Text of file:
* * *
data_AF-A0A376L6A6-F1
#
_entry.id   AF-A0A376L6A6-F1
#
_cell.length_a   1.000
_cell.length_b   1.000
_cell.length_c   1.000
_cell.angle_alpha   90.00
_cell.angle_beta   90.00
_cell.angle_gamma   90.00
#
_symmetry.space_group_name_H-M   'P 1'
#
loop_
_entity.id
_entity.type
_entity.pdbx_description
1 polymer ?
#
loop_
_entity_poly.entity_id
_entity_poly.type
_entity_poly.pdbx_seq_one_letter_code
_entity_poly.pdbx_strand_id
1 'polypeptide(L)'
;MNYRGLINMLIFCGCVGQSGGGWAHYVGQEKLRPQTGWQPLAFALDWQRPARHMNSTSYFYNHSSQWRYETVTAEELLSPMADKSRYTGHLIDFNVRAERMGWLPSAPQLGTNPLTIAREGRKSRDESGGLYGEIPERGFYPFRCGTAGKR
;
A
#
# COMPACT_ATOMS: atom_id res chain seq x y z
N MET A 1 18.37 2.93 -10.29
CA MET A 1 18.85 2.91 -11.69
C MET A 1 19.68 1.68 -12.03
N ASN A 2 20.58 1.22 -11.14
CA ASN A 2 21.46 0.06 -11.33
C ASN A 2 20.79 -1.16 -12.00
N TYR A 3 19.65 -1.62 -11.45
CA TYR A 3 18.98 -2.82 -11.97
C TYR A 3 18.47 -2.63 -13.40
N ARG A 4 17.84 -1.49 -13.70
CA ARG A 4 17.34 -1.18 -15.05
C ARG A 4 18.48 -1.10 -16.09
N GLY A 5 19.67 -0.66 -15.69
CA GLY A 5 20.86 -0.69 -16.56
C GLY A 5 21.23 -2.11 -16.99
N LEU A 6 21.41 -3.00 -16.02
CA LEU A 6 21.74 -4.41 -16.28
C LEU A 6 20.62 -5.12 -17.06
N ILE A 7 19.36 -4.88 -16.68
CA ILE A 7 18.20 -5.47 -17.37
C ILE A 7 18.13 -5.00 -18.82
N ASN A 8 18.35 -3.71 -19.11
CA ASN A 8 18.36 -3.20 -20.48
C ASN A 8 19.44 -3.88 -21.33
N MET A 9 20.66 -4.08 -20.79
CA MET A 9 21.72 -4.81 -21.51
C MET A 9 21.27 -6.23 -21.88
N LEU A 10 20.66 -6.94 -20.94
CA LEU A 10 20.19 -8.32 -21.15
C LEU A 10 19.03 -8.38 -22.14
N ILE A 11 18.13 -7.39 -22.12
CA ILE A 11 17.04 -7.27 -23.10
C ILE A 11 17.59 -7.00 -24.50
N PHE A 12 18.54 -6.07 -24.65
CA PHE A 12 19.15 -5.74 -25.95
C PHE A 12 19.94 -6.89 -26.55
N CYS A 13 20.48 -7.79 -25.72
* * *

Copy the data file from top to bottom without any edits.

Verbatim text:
data_AF-A0A376L6A6-F1
#
_entry.id   AF-A0A376L6A6-F1
#
_cell.length_a   1.000
_cell.length_b   1.000
_cell.length_c   1.000
_cell.angle_alpha   90.00
_cell.angle_beta   90.00
_cell.angle_gamma   90.00
#
_symmetry.space_group_name_H-M   'P 1'
#
loop_
_entity.id
_entity.type
_entity.pdbx_description
1 polymer ?
#
loop_
_entity_poly.entity_id
_entity_poly.type
_entity_poly.pdbx_seq_one_letter_code
_entity_poly.pdbx_strand_id
1 'polypeptide(L)'
;MNYRGLINMLIFCGCVGQSGGGWAHYVGQEKLRPQTGWQPLAFALDWQRPARHMNSTSYFYNHSSQWRYETVTAEELLSPMADKSRYTGHLIDFNVRAERMGWLPSAPQLGTNPLTIAREGRKSRDESGGLYGEIPERGFYPFRCGTAGKR
;
A
#
# COMPACT_ATOMS: atom_id res chain seq x y z
N MET A 1 18.37 2.93 -10.29
CA MET A 1 18.85 2.91 -11.69
C MET A 1 19.68 1.68 -12.03
N ASN A 2 20.58 1.22 -11.14
CA ASN A 2 21.46 0.06 -11.33
C ASN A 2 20.79 -1.16 -12.00
N TYR A 3 19.65 -1.62 -11.45
CA TYR A 3 18.98 -2.82 -11.97
C TYR A 3 18.47 -2.63 -13.40
N ARG A 4 17.84 -1.49 -13.70
CA ARG A 4 17.34 -1.18 -15.05
C ARG A 4 18.48 -1.10 -16.09
N GLY A 5 19.67 -0.66 -15.69
CA GLY A 5 20.86 -0.69 -16.56
C GLY A 5 21.23 -2.11 -16.99
N LEU A 6 21.41 -3.00 -16.02
CA LEU A 6 21.74 -4.41 -16.28
C LEU A 6 20.62 -5.12 -17.06
N ILE A 7 19.36 -4.88 -16.68
CA ILE A 7 18.20 -5.47 -17.37
C ILE A 7 18.13 -5.00 -18.82
N ASN A 8 18.35 -3.71 -19.11
CA ASN A 8 18.36 -3.20 -20.48
C ASN A 8 19.44 -3.88 -21.33
N MET A 9 20.66 -4.08 -20.79
CA MET A 9 21.72 -4.81 -21.51
C MET A 9 21.27 -6.23 -21.88
N LEU A 10 20.66 -6.94 -20.94
CA LEU A 10 20.19 -8.32 -21.15
C LEU A 10 19.03 -8.38 -22.14
N ILE A 11 18.13 -7.39 -22.12
CA ILE A 11 17.04 -7.27 -23.10
C ILE A 11 17.59 -7.00 -24.50
N PHE A 12 18.54 -6.07 -24.65
CA PHE A 12 19.15 -5.74 -25.95
C PHE A 12 19.94 -6.89 -26.55
N CYS A 13 20.48 -7.79 -25.72